– The Associated Press

PHILADELPHIA – A 10-year-old girl whose efforts to qualify for an organ donation sparked debate over how organs are allocated was getting a double-lung transplant Wednesday after a match with an adult donor was made.

Sarah Murnaghan, who suffers from severe cystic fibrosis, was receiving her new lungs Wednesday at Children’s Hospital of Philadelphia, said family spokeswoman Maureen Garrity. Murnaghan’s relatives were “beyond excited” about the development but were “keeping in mind that someone had to lose a family member and they’re very aware of that and very appreciative,” Garrity said.

No other details about the donor are known, including whether the lungs came through the regular donor system or through public appeals.

Murnaghan’s health was deteriorating when a judge intervened last week, giving her a chance at the much larger list of organs from adult donors.

“Some people would look at this and say it’s evidence that if you get a PR campaign, a congressman and federal judge to pay attention, you’re going to have far greater access to a transplant, but I don’t think that’s true,” ethicist Arthur Caplan, of the NYU Langone Medical Center in New York, said of the Murnaghans’ public stance.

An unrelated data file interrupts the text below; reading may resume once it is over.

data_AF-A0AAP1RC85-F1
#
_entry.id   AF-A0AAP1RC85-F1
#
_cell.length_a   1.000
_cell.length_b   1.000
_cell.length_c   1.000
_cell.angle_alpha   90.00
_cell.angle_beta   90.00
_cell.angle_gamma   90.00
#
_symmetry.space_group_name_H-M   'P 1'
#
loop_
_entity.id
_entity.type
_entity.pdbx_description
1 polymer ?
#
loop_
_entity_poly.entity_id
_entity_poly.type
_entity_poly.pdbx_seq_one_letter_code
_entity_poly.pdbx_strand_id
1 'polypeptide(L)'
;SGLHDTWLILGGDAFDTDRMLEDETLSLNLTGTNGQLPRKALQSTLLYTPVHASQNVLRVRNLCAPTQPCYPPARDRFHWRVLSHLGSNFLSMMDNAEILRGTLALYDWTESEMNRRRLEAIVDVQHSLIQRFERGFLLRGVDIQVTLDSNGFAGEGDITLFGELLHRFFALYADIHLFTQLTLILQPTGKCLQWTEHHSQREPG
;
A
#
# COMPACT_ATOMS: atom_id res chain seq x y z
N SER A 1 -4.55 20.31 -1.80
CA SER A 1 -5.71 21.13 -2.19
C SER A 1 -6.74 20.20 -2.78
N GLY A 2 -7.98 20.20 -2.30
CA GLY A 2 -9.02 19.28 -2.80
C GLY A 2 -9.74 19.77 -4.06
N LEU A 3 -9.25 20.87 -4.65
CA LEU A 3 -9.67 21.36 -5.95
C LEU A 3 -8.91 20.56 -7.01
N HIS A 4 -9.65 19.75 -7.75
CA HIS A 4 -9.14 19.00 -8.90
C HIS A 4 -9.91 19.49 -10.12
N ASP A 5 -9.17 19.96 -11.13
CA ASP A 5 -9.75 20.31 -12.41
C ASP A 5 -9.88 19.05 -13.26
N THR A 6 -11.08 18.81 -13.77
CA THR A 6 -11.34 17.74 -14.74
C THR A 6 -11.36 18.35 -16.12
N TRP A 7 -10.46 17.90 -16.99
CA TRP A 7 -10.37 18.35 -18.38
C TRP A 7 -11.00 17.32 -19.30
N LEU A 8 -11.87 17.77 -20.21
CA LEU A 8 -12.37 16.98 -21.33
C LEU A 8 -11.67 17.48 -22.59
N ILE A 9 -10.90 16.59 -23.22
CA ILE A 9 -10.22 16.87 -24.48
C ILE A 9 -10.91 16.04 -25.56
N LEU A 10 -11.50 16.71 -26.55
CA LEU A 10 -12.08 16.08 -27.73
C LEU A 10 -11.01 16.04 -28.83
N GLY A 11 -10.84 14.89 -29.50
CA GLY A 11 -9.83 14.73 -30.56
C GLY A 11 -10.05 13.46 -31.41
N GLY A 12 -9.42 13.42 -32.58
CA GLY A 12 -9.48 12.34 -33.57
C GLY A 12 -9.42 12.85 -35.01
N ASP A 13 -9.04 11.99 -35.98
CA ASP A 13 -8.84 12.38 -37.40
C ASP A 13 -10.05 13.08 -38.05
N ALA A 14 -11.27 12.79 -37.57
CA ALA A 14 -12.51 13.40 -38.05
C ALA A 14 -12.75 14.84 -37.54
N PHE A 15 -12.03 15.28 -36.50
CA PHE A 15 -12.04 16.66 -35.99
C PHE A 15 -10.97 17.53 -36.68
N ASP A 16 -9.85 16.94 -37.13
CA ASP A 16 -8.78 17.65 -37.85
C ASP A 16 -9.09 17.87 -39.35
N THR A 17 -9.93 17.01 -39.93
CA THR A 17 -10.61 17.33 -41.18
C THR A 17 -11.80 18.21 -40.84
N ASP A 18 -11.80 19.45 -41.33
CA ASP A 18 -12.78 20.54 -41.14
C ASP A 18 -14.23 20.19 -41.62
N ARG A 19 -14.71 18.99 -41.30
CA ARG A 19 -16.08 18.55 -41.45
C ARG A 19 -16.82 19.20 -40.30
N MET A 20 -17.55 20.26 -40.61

The Newtown Square, Pa., family received word about the donor lungs Tuesday night, Garrity said.

Murnaghan’s mother, Janet, said in a Facebook post that the family was “overwhelmed with emotions” and thanked all her supporters.

During double-lung transplants, surgeons must open up the patient’s chest. Complications can include rejection of the new lung and infection.

Murnaghan’s family and the family of another cystic fibrosis patient at the same hospital challenged existing transplant policy that made children under 12 wait for pediatric lungs to become available or be offered lungs donated by adults only after adolescents and adults on the waiting list had been considered. They said pediatric lungs are rarely donated.

On June 5, federal Judge Michael Baylson in Philadelphia ruled that Murnaghan and 11-year-old Javier Acosta of New York City should be eligible for adult lungs.

The Organ Procurement and Transplantation Network says 33 children under age 11 are on the waiting list for a lung transplant.

The network added Murnaghan to the adult waiting list after Baylson’s ruling. Her transplant came just two days before a hearing was scheduled on the family’s request for a broader injunction.

Critics warned there could be a down side to having judges intervene in the organ transplant system’s established procedures. Lung transplants are difficult procedures, and some say child patients tend to have more trouble with them than adults.